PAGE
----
Gautrain vs driving: what’s more cost effective?

24 July 2018

Increased petrol prices are leading people to reconsider other ways of getting from A to B, and in Gauteng, the Gautrain is becoming an attraction option to save money - and time.

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Gautrain vs driving: what’s more cost effective?

We do a comparison to see if it’s cheaper to travel on the Gautrain or in your car

Increased petrol prices are leading people to reconsider other ways of getting from A to B, and in Gauteng, the Gautrain is becoming an attraction option to save money - and time. But is this alternative any cheaper? Let’s break it down by looking at one scenario:

Angie works in Centurion, and drives there every workday from Parktown North, which is 43km away. She drives an Audi A2 2013 model, which runs at R3.61 per kilometre (petrol and running costs) according to the AA calculator. Angie drives 3km to the station every day, and it costs her R21 to park at the station each day. It costs her R2 170 to travel on the Gautrain each month from Rosebank to Centurion. From the station, Angie will take a Gautrain bus to reach work, 10 minutes away, which costs R8, the rate for one trip during peak hours (it’s R2 during non-peak hours).

Angie’s monthly costs (for 20 work days) on the Gautrain, including travel to and from the station, to and from Centurion, and to and from her workplace add up to R3 343. The total time it takes her from home to her office is around one hour, depending on her traffic to the station, and the time she waits for the bus.

If she travels to and from work every day, she’ll be driving 86km, which costs R6 209 a month. There will be tolls on the highway, which will amount to R20.99 each day return. Depending on traffic, it takes around 35 minutes to get to work. In total, she’ll spend R6 628, which is R3 328 more than if she travelled by Gautrain. However, she saves about half an hour of travel time each day, which could be significant if she bills per hour. On the other hand, since the N1 is busy and there are sometimes accidents which cause delays, the time spent in traffic could be costing her time and money.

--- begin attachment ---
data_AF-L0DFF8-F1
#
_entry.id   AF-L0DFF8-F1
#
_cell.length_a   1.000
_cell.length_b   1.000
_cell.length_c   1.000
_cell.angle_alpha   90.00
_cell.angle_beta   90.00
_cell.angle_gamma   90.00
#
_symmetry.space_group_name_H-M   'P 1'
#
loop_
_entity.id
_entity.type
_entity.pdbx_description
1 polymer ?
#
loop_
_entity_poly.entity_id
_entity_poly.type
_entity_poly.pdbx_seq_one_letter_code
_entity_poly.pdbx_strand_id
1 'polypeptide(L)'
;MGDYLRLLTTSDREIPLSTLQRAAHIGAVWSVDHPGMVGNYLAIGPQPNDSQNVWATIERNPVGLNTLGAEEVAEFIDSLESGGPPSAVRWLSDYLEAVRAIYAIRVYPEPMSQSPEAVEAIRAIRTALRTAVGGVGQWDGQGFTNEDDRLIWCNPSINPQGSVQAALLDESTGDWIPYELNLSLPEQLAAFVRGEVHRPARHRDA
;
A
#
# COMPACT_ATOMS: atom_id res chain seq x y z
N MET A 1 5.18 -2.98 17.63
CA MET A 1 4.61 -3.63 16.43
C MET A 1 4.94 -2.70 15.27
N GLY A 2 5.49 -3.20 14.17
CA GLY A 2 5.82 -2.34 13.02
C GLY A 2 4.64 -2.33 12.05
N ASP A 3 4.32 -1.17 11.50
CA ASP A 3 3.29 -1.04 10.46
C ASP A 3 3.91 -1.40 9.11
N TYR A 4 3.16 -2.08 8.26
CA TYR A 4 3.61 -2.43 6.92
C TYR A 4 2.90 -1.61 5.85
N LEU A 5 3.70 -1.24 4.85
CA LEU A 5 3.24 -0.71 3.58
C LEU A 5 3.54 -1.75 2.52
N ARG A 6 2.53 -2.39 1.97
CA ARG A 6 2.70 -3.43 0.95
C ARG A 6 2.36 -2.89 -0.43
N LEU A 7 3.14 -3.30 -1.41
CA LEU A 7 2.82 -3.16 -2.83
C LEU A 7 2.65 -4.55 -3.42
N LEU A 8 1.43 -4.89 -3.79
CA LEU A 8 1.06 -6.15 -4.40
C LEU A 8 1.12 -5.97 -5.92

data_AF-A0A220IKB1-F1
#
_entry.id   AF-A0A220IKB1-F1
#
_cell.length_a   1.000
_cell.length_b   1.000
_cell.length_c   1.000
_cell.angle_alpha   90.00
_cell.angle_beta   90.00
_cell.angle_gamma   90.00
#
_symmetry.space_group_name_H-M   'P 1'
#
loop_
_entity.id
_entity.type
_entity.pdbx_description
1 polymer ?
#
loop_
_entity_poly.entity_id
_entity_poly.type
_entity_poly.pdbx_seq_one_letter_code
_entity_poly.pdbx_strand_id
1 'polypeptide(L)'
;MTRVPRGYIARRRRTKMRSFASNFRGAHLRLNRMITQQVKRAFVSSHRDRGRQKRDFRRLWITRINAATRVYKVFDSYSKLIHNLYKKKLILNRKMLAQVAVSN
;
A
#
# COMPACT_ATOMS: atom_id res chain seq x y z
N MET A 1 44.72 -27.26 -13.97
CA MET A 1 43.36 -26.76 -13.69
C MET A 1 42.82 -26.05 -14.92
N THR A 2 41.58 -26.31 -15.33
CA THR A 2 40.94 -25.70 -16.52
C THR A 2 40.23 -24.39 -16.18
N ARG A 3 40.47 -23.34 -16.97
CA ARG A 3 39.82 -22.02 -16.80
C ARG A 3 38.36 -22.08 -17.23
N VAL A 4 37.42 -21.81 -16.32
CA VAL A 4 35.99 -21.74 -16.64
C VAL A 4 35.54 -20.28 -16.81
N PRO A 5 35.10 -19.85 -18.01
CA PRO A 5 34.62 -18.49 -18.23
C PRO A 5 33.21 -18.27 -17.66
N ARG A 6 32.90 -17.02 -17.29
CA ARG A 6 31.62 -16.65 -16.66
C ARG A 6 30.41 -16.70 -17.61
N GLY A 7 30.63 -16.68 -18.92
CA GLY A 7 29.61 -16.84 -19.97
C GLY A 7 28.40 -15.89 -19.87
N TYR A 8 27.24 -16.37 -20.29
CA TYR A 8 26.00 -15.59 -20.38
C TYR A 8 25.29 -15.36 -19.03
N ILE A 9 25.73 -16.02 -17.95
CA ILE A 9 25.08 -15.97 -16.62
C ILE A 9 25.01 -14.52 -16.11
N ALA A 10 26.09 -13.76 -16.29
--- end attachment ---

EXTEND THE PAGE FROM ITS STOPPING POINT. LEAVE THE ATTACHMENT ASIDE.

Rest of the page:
(This figure doesn’t take into account the wear and tear of driving a new car – for example, the more mileage you put on your car, the quicker you wear down your tyres , the sooner your next service will be due. If you had an affordable MotorHappy Service or Maintenance Plan , you would be better able to prepare for those costs.)

As the example above shows, over longer distances the Gautrain can be an affordable alternative, although there are always trade-offs in terms of flexibility (do you need your car available at the office for work?) and timing.

If you don’t need your car during your work day and live and work close to Gautrain stations this is definitely an option worth considering, especially since you could read or do work on the train.There would be less benefit on a shorter trip for example Killarney to Sandton where parking (R21 a day) and train fare (R27 per one-way trip) would be more than driving from Killarney to Sandton.

Disclaimer

This article is intended to be used and must be used for informational purposes only. We do not make any warranties about the completeness, reliability and accuracy of this information. Any action you take upon the information in this article is strictly at your own risk. We will not be liable for any losses and/or damages in connection with the use of the information contained in this article.

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